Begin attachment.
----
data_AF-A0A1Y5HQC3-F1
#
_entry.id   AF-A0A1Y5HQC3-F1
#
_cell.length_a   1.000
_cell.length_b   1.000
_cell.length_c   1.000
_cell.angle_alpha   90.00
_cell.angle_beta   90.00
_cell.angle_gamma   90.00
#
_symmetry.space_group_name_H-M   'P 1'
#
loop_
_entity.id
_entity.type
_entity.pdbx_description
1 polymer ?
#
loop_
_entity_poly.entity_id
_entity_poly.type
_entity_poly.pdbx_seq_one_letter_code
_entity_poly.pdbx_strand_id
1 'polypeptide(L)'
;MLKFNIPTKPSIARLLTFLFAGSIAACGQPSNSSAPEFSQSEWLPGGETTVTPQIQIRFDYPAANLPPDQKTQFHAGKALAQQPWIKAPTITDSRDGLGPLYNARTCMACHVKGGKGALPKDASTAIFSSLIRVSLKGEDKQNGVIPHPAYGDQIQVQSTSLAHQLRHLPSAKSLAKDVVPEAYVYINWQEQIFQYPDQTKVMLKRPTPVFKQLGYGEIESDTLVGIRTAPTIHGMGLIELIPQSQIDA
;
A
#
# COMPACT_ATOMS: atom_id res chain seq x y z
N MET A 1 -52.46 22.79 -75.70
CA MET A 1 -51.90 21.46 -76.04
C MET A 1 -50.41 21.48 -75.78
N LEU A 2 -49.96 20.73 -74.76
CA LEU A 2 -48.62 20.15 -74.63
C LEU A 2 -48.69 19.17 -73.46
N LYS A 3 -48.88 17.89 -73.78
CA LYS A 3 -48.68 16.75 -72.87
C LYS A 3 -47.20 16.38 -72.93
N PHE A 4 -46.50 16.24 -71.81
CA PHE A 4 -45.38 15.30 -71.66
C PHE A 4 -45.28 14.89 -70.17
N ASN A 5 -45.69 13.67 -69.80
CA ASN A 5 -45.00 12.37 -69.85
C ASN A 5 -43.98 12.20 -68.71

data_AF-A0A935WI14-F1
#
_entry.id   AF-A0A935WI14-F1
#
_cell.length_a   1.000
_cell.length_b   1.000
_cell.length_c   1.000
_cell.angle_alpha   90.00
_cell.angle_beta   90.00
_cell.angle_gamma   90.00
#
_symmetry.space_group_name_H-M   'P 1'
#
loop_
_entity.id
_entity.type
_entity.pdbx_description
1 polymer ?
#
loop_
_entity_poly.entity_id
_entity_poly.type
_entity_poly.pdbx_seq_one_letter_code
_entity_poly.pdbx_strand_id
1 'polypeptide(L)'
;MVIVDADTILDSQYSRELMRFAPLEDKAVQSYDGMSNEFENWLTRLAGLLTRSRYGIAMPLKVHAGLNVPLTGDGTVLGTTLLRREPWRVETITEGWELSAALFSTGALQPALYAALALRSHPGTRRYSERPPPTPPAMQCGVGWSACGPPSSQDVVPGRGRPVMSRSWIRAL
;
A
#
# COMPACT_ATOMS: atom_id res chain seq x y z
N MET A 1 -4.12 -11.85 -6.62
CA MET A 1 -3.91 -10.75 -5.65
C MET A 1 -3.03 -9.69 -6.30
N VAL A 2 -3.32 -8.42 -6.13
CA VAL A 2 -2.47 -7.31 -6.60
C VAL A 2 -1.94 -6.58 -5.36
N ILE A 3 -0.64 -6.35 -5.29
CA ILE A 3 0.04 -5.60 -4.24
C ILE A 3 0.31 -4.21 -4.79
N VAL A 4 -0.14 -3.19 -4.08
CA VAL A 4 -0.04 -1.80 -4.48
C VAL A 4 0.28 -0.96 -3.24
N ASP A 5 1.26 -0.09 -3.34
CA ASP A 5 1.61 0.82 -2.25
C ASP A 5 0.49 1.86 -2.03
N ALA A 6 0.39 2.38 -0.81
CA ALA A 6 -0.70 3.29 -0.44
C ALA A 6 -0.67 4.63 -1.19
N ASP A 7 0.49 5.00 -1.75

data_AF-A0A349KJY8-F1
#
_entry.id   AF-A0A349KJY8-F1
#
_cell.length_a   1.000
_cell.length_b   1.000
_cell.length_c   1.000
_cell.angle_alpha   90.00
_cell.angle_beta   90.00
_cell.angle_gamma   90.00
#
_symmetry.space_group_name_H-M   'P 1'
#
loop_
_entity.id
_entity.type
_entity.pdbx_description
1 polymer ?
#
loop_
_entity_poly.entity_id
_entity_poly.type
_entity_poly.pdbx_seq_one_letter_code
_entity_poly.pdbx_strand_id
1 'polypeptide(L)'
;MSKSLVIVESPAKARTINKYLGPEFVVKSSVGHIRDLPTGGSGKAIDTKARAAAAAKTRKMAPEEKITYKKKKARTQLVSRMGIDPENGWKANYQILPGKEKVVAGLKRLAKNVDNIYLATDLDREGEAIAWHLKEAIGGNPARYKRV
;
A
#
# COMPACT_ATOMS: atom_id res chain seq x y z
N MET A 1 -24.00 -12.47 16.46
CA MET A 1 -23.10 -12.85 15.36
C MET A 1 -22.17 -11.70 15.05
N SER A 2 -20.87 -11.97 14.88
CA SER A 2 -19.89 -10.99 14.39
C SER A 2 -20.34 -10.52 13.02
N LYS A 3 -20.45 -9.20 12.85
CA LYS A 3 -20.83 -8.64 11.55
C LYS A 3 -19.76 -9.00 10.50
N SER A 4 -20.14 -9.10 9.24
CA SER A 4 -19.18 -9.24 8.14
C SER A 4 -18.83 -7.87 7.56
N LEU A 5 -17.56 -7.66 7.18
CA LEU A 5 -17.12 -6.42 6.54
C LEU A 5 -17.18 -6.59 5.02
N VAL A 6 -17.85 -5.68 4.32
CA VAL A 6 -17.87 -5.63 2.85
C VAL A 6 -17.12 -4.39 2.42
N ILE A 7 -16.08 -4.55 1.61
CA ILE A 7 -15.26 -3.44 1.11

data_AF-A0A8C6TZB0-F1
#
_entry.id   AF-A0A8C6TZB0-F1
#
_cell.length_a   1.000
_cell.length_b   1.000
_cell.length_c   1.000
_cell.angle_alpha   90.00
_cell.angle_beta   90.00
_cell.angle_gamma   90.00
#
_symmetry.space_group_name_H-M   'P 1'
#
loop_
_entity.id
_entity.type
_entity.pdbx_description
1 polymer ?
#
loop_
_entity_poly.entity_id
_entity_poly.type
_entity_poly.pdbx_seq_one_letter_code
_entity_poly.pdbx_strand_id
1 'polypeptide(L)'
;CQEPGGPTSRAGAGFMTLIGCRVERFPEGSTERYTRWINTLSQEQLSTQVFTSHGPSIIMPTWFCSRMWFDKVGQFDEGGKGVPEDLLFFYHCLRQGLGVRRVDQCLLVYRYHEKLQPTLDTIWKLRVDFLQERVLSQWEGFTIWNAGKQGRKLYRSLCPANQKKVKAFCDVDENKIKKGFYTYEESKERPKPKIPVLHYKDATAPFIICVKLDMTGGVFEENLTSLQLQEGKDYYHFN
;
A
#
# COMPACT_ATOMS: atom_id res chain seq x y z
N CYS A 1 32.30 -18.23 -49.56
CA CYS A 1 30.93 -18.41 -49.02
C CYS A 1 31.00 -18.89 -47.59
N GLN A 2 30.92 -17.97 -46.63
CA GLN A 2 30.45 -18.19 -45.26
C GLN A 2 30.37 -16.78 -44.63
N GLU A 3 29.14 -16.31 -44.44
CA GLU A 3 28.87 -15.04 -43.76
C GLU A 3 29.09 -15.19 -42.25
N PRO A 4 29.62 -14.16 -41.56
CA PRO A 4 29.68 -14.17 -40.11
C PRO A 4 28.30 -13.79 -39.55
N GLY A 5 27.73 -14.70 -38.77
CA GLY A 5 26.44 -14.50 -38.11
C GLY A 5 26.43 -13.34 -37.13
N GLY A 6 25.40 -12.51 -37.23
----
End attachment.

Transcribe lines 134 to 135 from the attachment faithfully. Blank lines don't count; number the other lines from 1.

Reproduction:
N SER A 4 -20.14 -9.10 9.24
CA SER A 4 -19.18 -9.24 8.14